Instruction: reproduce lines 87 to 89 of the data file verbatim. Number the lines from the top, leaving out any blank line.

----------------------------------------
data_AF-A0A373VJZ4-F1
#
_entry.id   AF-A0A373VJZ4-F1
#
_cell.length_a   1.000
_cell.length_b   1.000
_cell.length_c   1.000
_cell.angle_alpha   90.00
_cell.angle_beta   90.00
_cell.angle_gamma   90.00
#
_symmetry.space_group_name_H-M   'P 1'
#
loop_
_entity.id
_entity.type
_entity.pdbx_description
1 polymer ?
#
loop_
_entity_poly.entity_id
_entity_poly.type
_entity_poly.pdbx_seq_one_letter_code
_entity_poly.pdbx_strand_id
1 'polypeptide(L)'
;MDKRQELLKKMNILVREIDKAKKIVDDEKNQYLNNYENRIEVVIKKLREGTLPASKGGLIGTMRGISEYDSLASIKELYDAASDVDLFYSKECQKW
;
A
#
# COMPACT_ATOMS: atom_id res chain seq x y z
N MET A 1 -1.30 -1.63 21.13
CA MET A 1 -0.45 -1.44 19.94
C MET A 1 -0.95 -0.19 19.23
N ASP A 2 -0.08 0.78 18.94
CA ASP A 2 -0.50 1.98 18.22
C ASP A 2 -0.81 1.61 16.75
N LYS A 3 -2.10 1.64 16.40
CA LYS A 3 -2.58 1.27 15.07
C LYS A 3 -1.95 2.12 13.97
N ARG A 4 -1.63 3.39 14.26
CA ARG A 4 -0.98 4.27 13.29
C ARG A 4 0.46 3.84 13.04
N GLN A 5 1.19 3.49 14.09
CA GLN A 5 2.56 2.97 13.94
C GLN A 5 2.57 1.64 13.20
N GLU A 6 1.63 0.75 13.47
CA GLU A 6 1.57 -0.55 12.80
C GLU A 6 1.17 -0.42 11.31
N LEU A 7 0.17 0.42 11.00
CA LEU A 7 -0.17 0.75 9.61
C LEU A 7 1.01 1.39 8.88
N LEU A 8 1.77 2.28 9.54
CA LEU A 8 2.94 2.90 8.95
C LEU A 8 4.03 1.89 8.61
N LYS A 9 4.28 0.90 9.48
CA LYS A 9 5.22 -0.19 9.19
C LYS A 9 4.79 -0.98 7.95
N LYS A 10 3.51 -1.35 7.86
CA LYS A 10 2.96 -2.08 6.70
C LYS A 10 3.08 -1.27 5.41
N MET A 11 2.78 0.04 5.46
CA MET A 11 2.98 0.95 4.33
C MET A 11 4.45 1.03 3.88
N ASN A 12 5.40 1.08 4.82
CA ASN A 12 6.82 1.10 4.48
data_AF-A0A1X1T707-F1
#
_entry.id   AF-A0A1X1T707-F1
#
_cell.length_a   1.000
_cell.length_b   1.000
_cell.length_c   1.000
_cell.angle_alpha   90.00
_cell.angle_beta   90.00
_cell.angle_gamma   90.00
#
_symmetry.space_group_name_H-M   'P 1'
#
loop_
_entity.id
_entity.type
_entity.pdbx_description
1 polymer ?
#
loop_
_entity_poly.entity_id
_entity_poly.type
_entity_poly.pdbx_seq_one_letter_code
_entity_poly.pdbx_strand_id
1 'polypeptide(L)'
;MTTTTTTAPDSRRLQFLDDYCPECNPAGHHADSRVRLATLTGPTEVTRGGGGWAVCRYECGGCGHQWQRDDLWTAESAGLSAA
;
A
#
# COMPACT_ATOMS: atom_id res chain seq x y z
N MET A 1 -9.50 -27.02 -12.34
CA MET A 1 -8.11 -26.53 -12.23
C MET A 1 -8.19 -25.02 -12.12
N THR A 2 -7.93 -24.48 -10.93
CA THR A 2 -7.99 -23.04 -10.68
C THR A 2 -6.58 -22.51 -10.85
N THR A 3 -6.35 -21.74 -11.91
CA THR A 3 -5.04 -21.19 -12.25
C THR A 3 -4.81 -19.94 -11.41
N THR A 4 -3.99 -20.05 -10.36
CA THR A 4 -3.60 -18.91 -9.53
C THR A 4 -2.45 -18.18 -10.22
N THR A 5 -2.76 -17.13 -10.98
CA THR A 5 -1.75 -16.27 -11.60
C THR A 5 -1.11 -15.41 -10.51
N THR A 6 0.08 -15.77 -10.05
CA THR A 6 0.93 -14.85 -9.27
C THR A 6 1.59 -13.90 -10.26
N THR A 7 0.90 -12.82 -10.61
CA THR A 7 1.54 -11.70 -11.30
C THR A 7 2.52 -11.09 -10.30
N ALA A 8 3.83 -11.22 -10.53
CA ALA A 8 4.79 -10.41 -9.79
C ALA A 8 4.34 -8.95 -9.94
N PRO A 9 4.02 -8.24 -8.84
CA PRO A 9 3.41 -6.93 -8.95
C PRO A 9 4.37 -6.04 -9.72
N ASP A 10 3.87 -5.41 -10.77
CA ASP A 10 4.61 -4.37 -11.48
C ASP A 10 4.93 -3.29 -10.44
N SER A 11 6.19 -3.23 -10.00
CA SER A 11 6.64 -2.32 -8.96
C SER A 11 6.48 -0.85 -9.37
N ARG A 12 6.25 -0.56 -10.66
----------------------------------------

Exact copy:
_entity_poly.type
_entity_poly.pdbx_seq_one_letter_code
_entity_poly.pdbx_strand_id